As with other staff, automatic enrolment duties for furloughed staff apply as normal, and employers should assess them based on the amount being paid to them. This means that if there has been an agreement to reduce their pay, employers will be assessing them based on the reduced amount.
If a member of staff meets the criteria to be put into a pension scheme, employers must enrol them whether they are furloughed or not. Or, they can also use postponement which delays putting newly eligible staff into a pension scheme for up to three months.
If a member of staff triggers automatic enrolment during the furlough period, for example because they turn 22 and their earnings meet the criteria to be automatically enrolled and it is not at the end of postponement period, employers can either put them into your pension scheme, or delay putting them into the pension scheme for up to three months by using postponement.
If a postponement period ends during the furlough period and a member of staff meets the criteria to be put into a pension scheme, employers cannot use postponement again and must automatically enrol them.
The effect of reducing a furloughed member of staff’s pay may mean that they will never meet the criteria to be put into a pension scheme during the furlough period, even when working part of the time. When their pay increases after the furlough has ended, employers must continue to assess them and enrol them if they are eligible. The member of staff can however ask employers to put them back into a pension scheme before this.
Employers automatic enrolment and re-enrolment duties continue to apply as normal. If the third anniversary of their staging or duties start date falls during the furlough period, they can choose a date up to three months after the third anniversary to assess their staff.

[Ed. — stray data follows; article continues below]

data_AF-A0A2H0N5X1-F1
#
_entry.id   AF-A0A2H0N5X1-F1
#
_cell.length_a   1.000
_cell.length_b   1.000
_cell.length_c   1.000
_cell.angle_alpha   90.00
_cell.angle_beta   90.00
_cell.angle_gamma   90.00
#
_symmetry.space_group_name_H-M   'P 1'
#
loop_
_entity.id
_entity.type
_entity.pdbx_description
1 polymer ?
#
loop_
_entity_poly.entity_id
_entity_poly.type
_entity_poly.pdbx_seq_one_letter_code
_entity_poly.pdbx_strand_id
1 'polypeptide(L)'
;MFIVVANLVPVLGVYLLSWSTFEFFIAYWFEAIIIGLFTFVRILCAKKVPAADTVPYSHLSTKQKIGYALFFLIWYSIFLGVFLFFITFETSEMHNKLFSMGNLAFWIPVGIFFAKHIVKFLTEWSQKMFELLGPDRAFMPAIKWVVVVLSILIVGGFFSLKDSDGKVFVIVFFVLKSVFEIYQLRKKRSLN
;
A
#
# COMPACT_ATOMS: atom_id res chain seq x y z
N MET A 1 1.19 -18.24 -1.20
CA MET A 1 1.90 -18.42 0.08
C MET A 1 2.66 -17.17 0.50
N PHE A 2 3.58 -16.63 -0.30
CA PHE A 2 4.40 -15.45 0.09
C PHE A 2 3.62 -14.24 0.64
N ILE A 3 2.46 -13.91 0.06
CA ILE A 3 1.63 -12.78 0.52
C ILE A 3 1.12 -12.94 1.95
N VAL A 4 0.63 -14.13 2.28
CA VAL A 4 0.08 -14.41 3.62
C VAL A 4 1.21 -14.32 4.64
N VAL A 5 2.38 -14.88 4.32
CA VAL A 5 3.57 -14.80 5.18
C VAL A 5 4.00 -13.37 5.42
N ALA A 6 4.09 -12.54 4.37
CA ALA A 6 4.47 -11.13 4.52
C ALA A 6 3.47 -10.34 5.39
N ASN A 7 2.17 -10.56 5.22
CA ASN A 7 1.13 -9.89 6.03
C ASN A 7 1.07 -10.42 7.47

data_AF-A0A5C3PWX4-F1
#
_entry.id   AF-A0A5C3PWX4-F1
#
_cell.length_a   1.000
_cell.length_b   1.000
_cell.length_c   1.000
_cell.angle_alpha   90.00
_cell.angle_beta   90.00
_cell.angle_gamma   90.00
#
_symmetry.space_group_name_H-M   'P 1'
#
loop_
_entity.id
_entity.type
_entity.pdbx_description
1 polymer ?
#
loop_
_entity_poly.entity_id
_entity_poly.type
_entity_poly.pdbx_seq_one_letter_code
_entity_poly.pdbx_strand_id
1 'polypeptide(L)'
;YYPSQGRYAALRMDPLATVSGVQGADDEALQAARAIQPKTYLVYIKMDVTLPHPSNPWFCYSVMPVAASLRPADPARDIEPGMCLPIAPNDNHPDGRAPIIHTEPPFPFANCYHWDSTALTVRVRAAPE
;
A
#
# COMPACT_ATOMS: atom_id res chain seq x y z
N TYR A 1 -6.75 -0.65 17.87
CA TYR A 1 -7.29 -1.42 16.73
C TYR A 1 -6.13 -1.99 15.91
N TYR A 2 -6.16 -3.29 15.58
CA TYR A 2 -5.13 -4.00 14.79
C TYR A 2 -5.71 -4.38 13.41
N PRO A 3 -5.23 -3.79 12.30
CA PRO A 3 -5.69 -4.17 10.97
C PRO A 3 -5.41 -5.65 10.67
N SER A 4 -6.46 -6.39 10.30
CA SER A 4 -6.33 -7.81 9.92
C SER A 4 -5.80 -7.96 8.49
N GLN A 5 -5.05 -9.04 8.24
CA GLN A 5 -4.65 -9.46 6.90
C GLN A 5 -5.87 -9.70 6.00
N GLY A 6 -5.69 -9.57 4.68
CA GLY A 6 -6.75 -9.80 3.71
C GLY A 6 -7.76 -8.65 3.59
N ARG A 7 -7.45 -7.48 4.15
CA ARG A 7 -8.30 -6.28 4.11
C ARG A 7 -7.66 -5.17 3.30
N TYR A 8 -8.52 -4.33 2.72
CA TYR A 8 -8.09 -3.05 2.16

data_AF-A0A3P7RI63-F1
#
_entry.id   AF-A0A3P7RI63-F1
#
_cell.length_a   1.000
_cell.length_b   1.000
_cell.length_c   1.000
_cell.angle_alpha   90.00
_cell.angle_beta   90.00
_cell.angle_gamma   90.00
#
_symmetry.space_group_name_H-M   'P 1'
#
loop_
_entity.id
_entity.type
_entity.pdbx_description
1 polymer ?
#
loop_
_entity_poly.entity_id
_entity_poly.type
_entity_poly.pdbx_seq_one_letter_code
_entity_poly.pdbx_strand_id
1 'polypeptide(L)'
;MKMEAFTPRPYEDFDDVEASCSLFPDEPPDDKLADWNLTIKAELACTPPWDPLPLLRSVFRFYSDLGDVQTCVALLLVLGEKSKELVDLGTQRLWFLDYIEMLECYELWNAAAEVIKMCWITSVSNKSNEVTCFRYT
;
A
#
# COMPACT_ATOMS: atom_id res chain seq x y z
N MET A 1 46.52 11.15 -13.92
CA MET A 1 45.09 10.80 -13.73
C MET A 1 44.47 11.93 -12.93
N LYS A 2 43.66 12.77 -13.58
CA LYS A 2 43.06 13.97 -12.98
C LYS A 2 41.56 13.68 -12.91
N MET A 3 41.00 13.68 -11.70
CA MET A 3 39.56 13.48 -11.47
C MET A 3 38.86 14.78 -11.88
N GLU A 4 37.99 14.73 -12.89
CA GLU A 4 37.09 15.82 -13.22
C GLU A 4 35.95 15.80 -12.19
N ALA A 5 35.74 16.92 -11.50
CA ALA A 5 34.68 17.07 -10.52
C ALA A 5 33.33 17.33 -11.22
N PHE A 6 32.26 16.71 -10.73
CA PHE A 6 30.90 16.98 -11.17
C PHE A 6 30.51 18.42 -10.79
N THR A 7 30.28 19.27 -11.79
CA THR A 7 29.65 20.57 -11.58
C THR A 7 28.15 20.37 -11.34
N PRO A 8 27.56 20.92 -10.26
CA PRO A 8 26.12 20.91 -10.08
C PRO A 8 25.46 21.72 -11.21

The re-declaration deadline remains unaffected and will still be within five months of the third anniversary of the staging date or duties start date.
If the date to assess the workforce for re-enrolment falls during the furlough period and any staff meet the criteria to be put back into a pension scheme, employers must do this whether they are furloughed or not.
If the employer has agreed to reduce furloughed staff’s pay, some of them may no longer meet the criteria to be put back into a pension scheme, even when working part of the time. Employers are required to next assess these staff for re-enrolment in three years, but they can ask to be put back into a pension scheme before this time.
Requests to join a pension scheme
Any furloughed member of staff can ask their employer to put them into their pension scheme at any time, including during the furlough period. If they do so in writing, employers must enrol them into the pension within a month of receiving their request.
Employers will have to pay into the pension scheme if they are aged 16-74 and earn at least £520 a month or £120 per week.
The content of this article is for information only and does not constitute formal financial advice.
This material is for general information only and does not constitute investment, tax, legal or other forms of advice.
You should not rely on this information to make, or refrain from making any decisions.
Always obtain independent, professional advice for your own particular situation.
Contact our Financial Planning team on +44 (0)1227 768231 or provide your details on our online enquiry form if you would like to discuss workplace pension schemes or employers legislative duties further.